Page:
Monday, December 6, 2010

Grand Funk Railroad -- "I'm Your Captain (Closer To Home)" (1970)


Am I in my cabin dreaming
Or are you really scheming
To take my ship away from me? . . .
I'm your captain, I'm your captain,
though I'm feeling mighty sick.


Part Eight -- "I'm Your Captain" Is a Very Long Song (and Eight Posts on Grand Funk Railroad Songs Was Probably Four or Five Too Many)

(Click here to read Part Seven of this series of posts.)

No doubt you've noticed something different about the last couple of posts.  You probably haven't been to put your finger on it, but you know it's there.

I've experimented with a variety of fonts for "2 or 3 lines," and have decided that 18-point Georgia is the way to go.  Most of my earlier posts were 16-point Georgia.  Given the relatively narrow column width of the blog template I've chosen, a smaller font had some advantages.  But I think the 18-point is so much more readable, especially for my "mature" demographic.

Let me know what you think about 18-point Georgia vs. 16-point Georgia.  Unless you have better things to do.  (And heaven help you if you DON'T have better things to do.)

Back to Grand Funk -- we've finally reached the last song on side two of the Closer to Home album.  Believe me, I'm just as happy about that as you are.

Grand Funk Railroad on tour (1971)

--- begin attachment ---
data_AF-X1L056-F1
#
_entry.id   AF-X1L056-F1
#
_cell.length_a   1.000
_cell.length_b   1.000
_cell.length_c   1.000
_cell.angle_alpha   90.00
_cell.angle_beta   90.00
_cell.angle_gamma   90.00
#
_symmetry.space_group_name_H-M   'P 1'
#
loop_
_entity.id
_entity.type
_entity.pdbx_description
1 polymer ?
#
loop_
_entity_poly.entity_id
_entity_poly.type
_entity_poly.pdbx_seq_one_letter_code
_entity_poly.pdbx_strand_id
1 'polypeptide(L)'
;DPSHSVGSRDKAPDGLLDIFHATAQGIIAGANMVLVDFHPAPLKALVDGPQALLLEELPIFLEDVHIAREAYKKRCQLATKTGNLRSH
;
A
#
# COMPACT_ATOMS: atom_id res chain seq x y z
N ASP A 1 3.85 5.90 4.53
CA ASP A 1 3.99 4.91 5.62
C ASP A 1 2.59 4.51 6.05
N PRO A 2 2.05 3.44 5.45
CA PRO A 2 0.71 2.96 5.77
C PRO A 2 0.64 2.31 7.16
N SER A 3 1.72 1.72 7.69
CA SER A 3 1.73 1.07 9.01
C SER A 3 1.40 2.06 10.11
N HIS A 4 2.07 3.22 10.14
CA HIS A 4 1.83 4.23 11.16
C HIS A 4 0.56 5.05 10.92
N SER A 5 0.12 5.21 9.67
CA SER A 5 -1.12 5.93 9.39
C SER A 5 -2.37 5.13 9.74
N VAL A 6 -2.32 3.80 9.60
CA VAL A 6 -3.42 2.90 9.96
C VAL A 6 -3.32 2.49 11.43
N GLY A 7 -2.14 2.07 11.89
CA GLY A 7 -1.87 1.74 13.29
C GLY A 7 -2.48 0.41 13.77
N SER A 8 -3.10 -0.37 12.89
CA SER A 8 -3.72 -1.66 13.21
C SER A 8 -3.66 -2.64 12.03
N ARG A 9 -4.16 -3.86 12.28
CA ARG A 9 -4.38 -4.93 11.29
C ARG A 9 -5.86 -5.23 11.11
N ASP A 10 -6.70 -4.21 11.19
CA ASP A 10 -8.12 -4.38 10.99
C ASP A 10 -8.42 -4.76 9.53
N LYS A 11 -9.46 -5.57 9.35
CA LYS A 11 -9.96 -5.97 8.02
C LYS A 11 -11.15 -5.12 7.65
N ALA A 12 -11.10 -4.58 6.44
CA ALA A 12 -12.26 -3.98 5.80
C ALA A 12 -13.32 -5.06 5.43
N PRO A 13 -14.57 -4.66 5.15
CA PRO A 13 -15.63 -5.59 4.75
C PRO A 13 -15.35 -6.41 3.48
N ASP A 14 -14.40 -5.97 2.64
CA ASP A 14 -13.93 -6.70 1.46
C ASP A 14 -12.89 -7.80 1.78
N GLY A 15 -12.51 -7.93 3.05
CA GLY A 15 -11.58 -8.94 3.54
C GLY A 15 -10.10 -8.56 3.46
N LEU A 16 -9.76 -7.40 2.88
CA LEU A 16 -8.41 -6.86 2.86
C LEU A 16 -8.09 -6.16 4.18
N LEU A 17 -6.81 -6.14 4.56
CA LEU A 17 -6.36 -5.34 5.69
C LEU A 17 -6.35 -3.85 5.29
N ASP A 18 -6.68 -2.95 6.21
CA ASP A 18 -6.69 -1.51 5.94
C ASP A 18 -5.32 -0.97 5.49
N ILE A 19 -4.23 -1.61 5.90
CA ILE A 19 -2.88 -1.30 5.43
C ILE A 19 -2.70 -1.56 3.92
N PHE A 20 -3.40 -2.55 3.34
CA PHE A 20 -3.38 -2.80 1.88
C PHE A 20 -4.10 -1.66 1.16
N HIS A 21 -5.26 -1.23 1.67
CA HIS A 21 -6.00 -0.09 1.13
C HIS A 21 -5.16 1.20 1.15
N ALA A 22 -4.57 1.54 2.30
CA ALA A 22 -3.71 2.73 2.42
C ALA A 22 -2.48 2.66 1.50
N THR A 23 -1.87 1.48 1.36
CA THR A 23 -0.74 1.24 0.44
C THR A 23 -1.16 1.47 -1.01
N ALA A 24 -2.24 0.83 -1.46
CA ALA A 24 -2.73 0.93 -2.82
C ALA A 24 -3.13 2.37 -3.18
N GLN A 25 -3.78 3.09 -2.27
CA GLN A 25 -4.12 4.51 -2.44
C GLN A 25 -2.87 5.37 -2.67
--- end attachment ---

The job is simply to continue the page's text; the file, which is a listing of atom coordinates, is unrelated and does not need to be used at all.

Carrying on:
In 1970, incoming Rice University freshman reported for orientation about a week before classes started.

I remember two songs that were on the radio that week:  Free's "All Right Now," and the last track of  Grand Funk's Closer to Home album, "I'm Your Captain (Closer to Home)."  (This song was given different titles on subsequent Grand Funk albums, but this was the title that's printed on the Closer to Home record label.)  

But before I discuss this song, I need to fulfill a promise I made in the first post in this series (I am a man of my word, at least when I remember) and spend a few minutes discussing my favorite soap opera from the late 1960's and early 1970's -- "Love Is A Many-Splendored Thing."

I spent a lot of time at my grandmother's house when I was growing up, and she was a soap opera fan.  She watched "As The World Turns" religiously. 

"Love Is A Many-Splendored Thing" -- which I will abbreviate as "LIAMST" -- aired on CBS for five-plus years while I was in high school and college.  I bring it up because we were speaking early of Richard Nixon and Watergate, and I have a vivid memory of watching Senate Watergate hearings and LIAMST on summer days when I wasn't working. 

Senator Sam Ervin chaired the Watergate hearings

The summer of the Watergate hearings, I was working two jobs.  One paid considerably better, but was much more irregular in terms of hours.  Eventually, I had to choose between the two, and chose the better-paying one.

A lot of the shifts I got were at nights or on the weekend when the regular employees didn't want to work, so I spent quite a few weekdays at home in my pajamas, watching soap operas, game shows, and Senator Sam Ervin grilling John Dean et al.

If we've learned anything from this blog, it's that my memory is never to be trusted.  The Watergate hearings began in May 1973, so I was certainly watching them in the summer of 1973 -- the summer before my senior year of college, which was the summer I had the irregular work schedule.  So that part is correct.

But LIAMST went off the air in March 1973.  So I couldn't have been watching it that summer.  I must have watched it in previous summers -- maybe the summers before college.  (It first aired in September 1967, when I was a sophomore in high school.)

Donna Mills